"I am certainly not one of those who need to be prodded…"

08.23.09 gaborone

Posted in personal by stuart sia on August 29, 2009

I HAVE INTERNET, and its great. I finally gave in and signed up for wireless internet in Gabs and I am now officially connected to the rest of the world. That’s my big news for the week.

I’ve been in Gaborone for a week and a half now with the other Life Skills and NGO volunteers, and it’s been good. We went to a restaurant/bar/club called the Bull and the Bush last Saturday. I had an amazing calzone and danced until 1 am. Good times with good people.

It’s Tuesday and the counterpart component of the workshop has begun. My counterpart, Thuli, arrived last night and its been great catching up with her. Today we discussed our expectations of each other and what we hope for me to accomplish in these next couple years, and the discussion went well. My two-month assessment of Mogobane has given me a lot to think about, but I’m choosing to focus on a couple in which I can really make a difference.

To summarize some of the issues we face in Mogobane Community Junior Secondary School: low grades, low rate of promotion to secondary school, alcohol abuse, truancy, and teenage sexual activity.

IDEA 1:

The Life Skills Curriculum developed by the Ministry of Education aims to address such issues. And although the Guidance & Counseling Department of each school has been mandated to be the “vehicle” of this curriculum the Ministry of Education has been wise to acknowledge that Life Skills are neither measurable nor something that must necessarily be “taught.” That is to say, Life Skills (such as assertiveness, high self-esteem, confidence, interpersonal communication, etc) can and should be taught in a variety of settings; hence, the concept of “stream-lining” the curriculum.

The Ministry has now charged all teachers to implement and integrate the Life Skills Curriculum into the regular curriculum. I am a fan of the concept but a critic of its implementation.

In a nutshell, the teachers have the resources to integrate Life Skills into their individual curriculums. The issue, however, is that the resources are not easily accessible and many of the teachers aren’t actually trained on how to use those resources. And what I mean by “accessible” is not that the resources are not there, but that they are not easily utilized. As useful as an abstract discussion of Life Skills is to understanding the importance of Life Skills, it is less so for the teacher who must construct her or his lesson plan from scratch. How does an agriculture teacher promote assertiveness skills? How does a math teacher promote decision-making skills? Although not impossible, it is, admittedly, challenging.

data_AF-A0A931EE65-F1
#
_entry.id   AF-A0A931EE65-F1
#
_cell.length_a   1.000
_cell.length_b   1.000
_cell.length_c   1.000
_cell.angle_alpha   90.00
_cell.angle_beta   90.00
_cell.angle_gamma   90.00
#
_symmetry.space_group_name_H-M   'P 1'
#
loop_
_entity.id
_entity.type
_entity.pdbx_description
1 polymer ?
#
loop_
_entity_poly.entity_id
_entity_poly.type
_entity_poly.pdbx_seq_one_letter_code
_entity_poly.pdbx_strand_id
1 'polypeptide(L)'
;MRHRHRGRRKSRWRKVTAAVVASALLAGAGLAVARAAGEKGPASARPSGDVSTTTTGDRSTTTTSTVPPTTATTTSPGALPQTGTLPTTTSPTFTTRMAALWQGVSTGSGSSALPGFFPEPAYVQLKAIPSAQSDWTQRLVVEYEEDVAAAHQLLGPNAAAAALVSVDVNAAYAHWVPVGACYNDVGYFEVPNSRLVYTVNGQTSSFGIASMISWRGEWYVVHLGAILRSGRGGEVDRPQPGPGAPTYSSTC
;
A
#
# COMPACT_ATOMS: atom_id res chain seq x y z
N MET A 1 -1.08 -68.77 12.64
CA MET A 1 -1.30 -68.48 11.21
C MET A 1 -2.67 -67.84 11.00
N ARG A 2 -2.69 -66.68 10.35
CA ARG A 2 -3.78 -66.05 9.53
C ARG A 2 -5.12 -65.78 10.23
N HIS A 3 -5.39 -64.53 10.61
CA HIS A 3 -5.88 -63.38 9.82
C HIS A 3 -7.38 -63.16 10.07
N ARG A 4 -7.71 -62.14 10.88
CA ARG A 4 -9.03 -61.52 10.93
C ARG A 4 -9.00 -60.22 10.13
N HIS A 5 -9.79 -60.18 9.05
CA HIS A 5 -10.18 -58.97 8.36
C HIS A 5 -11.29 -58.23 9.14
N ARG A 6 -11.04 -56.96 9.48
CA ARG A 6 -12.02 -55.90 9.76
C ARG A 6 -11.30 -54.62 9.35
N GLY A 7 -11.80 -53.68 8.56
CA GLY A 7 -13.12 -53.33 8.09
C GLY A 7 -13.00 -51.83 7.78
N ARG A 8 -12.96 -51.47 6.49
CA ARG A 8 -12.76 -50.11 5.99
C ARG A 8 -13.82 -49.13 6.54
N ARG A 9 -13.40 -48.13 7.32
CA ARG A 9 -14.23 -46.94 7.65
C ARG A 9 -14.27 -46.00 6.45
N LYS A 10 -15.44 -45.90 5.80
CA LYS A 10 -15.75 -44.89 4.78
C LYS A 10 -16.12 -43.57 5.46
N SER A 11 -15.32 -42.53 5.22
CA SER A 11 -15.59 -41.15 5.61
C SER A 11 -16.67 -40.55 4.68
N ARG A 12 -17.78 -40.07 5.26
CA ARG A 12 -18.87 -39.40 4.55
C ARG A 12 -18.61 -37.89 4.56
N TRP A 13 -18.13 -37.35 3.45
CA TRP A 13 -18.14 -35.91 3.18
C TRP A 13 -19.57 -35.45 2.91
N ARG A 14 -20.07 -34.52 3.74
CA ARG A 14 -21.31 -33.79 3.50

I want to make it easier. The teachers at my school are stretched thin as it is, with 20 teachers filling the committees and the roles normally filled by 50 to 100 teachers in larger schools. Lesson planning is time consuming, and it is not always easy to be creative. If I can make the Life Skills resources provided by the Ministry more subject specific, I think the teachers are more likely to utilize them.

IDEA 2:

Most of what is learned in life is learned outside the classroom. While it is not a bad thing to address such issues in the classroom setting, it is negligent to not address such issues outside of it.

My school is small: it numbers about 200. The great thing about a small school is it offers more individualized attention and an intimacy lost in larger schools. However, this also comes with a poverty of resources and opportunities.

I want to give students opportunities to build their self-esteem, to develop interpersonal skills, to have their efforts and successes recognized, and to feel a sense of ownership of their school.

There is unfortunately a poverty of such opportunities in my school. In conducting appreciative interviews with several of the teachers, I tried to find out what sort of student clubs and activities our teachers have the knowledge, talent, and interest to run. And I would also like to find out the sort of clubs and activities the students themselves would like to see at their school. What I ultimately hope to establish is a variety of student-initiated, student-lead, and subsequently sustainable groups, whose activities are guided, recognized, and appreciated by teachers.

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